by Harold Brubaker,
Hahnemann University Hospital and St. Christopher’s Hospital for Children have filed for bankruptcy, bringing the Center City institution closer to a painful end but potentially leading to a more stable future for the safety net that St. Chris provides in a poor section of Philadelphia.
The late Sunday bankruptcy filing, in Wilmington, “will facilitate a restructuring or sale of St. Christopher’s, which will allow that hospital to remain in full operation,” Allen Wilen, chief restructuring officer for Philadelphia Academic Health System LLC, the parent of the two hospitals, said in a news release.
In a document filed Monday morning, Wilen described Hahnemann as hobbled by greater-than-expected losses and financial disputes from the moment Joel Freedman, the California investment banker, bought the two hospitals from Tenet Healthcare Corp. for $170 million in partnership with a Chicago real estate investment firm, Harrison Street Real Estate Capital LLC. Hahnemann’s pre-tax losses last year totaled $69 million, said Wilen, who is a financial restructuring consultant in the Iselin, N.J., office of EisnerAmper LLP. Total losses, including the profitable St. Christopher’s and money-losing physician practices, were more than $85 million. The document did not disclose revenue.
An attempt to sell St. Christopher’s and Hahnemann to Drexel University, which uses Hahnemann as the primary teaching hospital for its medical school, went nowhere. In late May, Drexel informed Hahnemann officials that it was not interested in acquiring the facility, stating “we do not believe that HUH has any financial value,” according to Wilen.
Drexel, which has said previously that it tried for a year to help Hahnemann survive but was unable to access enough information from Hahnemann management, did not respond to a request for comment Monday.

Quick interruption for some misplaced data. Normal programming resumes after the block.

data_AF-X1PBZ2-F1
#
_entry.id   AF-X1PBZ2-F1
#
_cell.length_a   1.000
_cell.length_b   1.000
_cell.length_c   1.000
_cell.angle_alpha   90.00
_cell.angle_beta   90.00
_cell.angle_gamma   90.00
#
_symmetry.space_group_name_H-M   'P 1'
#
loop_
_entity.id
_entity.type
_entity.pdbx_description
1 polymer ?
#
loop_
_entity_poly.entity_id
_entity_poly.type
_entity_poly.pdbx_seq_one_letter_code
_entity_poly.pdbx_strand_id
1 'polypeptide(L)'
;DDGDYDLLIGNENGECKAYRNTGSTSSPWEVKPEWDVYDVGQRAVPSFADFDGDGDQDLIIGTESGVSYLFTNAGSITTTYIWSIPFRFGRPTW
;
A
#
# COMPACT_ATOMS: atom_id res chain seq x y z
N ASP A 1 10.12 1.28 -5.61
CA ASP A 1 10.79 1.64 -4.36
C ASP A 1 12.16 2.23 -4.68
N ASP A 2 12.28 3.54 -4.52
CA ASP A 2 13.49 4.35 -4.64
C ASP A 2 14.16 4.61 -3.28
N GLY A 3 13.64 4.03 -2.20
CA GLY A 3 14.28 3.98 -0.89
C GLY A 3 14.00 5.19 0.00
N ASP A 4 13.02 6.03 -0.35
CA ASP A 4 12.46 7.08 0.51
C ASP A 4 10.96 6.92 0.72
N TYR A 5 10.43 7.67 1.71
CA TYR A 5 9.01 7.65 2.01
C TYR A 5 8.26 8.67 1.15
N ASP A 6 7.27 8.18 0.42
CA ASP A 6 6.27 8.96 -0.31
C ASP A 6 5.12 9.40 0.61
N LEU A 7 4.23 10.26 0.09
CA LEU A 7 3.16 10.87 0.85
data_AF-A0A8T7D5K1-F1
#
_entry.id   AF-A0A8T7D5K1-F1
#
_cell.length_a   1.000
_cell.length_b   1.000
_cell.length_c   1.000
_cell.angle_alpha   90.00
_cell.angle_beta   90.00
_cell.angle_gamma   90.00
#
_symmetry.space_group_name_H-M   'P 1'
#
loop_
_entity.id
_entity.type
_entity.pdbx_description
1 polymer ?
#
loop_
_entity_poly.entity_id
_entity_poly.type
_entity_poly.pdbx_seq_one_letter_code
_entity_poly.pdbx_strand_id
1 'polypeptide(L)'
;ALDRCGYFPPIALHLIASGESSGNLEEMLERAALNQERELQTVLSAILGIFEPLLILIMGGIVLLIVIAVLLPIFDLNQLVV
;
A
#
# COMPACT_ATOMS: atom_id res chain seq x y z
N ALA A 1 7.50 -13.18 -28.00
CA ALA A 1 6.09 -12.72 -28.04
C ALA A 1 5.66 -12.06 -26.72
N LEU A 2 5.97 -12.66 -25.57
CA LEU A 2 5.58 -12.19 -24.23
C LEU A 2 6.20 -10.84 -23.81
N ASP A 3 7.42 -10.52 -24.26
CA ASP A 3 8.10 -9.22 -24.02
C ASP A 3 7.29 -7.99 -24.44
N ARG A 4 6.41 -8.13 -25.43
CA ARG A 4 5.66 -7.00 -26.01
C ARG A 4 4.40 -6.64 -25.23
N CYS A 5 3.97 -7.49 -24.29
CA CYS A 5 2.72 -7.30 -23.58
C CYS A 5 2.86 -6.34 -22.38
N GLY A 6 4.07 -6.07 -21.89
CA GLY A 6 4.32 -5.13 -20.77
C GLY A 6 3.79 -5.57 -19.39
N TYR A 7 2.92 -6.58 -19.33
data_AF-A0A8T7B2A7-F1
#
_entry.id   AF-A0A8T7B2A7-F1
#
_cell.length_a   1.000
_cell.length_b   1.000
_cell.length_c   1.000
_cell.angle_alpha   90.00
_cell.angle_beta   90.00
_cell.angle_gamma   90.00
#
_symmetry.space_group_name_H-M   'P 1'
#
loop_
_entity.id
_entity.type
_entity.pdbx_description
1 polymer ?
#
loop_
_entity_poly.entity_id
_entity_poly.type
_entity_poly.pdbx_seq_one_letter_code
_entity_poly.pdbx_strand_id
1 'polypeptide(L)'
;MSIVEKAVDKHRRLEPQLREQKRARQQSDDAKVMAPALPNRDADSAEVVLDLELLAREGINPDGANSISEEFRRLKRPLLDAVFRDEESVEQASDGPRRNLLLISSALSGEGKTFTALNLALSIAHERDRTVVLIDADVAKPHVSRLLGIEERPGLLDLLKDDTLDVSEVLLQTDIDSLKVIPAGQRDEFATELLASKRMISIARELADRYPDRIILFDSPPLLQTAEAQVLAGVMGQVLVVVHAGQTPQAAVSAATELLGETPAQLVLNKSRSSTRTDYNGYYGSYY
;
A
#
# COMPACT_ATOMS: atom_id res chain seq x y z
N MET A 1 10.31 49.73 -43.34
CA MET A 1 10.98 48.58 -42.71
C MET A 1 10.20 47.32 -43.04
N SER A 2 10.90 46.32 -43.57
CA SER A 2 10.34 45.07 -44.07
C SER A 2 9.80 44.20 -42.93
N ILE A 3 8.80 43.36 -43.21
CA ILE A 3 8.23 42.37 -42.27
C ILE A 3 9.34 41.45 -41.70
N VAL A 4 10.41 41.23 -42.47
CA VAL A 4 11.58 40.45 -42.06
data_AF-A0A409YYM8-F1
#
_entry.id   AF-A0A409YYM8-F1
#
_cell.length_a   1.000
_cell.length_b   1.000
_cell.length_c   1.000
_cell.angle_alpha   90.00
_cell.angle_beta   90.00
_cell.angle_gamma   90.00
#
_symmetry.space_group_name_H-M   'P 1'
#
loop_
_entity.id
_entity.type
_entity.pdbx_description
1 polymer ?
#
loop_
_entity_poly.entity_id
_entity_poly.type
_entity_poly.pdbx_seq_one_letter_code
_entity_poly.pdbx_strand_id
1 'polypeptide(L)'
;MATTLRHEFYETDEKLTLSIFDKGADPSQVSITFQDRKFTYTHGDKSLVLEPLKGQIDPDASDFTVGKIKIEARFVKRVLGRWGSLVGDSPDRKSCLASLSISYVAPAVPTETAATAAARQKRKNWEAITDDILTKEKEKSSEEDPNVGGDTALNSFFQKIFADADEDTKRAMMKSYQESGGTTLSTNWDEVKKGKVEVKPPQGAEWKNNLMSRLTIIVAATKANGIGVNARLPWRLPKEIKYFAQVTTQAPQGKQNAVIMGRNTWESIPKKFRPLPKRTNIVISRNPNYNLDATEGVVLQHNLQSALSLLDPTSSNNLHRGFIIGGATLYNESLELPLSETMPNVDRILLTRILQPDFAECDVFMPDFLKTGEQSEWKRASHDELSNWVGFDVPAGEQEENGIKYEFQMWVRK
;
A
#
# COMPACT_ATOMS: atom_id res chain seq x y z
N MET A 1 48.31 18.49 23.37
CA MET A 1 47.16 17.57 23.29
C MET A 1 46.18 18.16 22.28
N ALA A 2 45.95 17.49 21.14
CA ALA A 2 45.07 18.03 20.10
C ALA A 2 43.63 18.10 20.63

The real estate used by the two hospitals and affiliated companies was not included in the bankruptcy. It is owned by separate entities.
Health-care industry observers have long speculated that the backup plan for Freedman and his real estate partners was the redevelopment of the Hahnemann properties, which are at Broad and Vine Streets, just north of the expanded Pennsylvania Convention Center.
The closure of Hahnemann was announced Wednesday. Despite efforts by city and state officials to force the hospital to maintain its operations through the city’s July Fourth celebration — a time that typically brings higher volume to emergency rooms — Hahnemann on Saturday officially closed its emergency room to critically ill patients, after curtailing services Friday.
On a separate legal front, Hahnemann’s parent companies squared off Monday against Drexel University and the City of Philadelphia in the Court of Common Pleas over the closing of Hahnemann.
Lawyers for Hahnemann and its parent companies tried to convince Judge Nina W. Padilla that the bankruptcy had blocked any further action on a lawsuit filed by Drexel on June 21 that sought, at the least, an orderly shutdown overseen by the court. The judge granted the city’s petition to participate in that litigation.
The city wants to enforce a 1969 regulation that requires the Philadelphia health commissioner to sign off on the closure of an emergency room and claims that the bankruptcy filing doesn’t supersede that “police power,” City solicitor Marcel Pratt told the judge, who did not immediate rule on the matter.